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NEWSARTICLE

Get Swept Away by The Last New Wave Series At Film Society

You don’t need to leave New York to take a trip Down Under. The Film Society of Lincoln Center is presenting a week-long tribute (January 25-31) to the Australian Film Revival of the 1970s.

One of the most creative and celebrated periods in international cinema is, without a doubt, the Australian New Wave in the early 70s. With film production in the country stalled for years due to lack of funding, the Australian film industry experienced a revival in 1971 with the creation of the Australian Film Development Corporation. This period of creativity and artistic freedom brought budding auteurs such as Peter Weir, Gillian Armstrong, Bruce Beresford, and George Miller to the attention of international audiences. Their films introduced stars such Mel Gibson, Bryan Brown, Judy Davis, Jacki Weaver, and Bill Hunter whose careers were launched during this renaissance.

The Chant of Jimmie Blacksmith

So head uptown to the Film Society of Lincoln Center and brave the cold to see or re-see these exceptional films and to enjoy the special guests—directors Michael Thornhill and Phillip Noyce to name two—who will be at at least half of the screenings throughout the week long event. The influential Aussie filmmakers in attendance will be holding Q&As after select screenings of movies from their filmography. Director Fred Schepisi (A Cry in the Dark, The Russia House) will kick off the series this Friday, January 25, at the showings of two of his earliest films, The Chant of Jimmie Blacksmith and The Devil’s Playground.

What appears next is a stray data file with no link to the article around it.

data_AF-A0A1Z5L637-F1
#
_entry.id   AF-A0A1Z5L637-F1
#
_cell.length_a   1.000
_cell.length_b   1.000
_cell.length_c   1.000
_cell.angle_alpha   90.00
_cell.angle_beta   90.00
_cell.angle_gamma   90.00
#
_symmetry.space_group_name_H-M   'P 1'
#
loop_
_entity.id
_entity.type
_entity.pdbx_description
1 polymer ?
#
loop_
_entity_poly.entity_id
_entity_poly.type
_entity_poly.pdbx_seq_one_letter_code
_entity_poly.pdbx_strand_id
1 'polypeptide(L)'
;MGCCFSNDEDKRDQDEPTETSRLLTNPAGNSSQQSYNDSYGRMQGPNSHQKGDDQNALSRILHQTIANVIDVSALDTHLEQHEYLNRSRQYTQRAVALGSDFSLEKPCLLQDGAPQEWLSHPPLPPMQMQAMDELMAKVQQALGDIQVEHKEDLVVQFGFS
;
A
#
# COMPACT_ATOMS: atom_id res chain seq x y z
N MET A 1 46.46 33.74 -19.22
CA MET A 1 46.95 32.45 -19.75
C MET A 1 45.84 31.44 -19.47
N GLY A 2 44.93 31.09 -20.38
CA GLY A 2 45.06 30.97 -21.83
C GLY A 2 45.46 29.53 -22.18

The revival will feature obscure titles worthy of your time —such as Bruce Beresford’s Money Movers about a heist gone bad and Philip Noyce’s iconic Austrialian road movie, Backroads— alongside familiar titles that you can see in glorious 35 mm. Peter Weir’s Picnic at Hanging Rock with its lush photography should be particularly spectacular on the big screen. This masterpiece about a field trip of young female students gone horribly awry was last shown at Film Society in early 2011 at their all too-brief series, Voyager: The Films of Peter Weir.

Mad Max

Not to be missed is George Miller’s post-apocalyptic opus, Mad Max, which features one of cinema’s most iconic anti-heroes, the aptly named Mad Max Rockatansky (played by a young and at the time sane Mel Gibson). Miller is returning to the franchise that made him famous with next year’s Mad Max: Fury Road starring Tom Hardy and Charlize Theron sporting a vicious buzz cut.

For you spend-thrift filmgoers, Film Society of Lincoln Center is offering a special three-movie discount film package, so there is no excuse not to check out the series. We’ll see you there!

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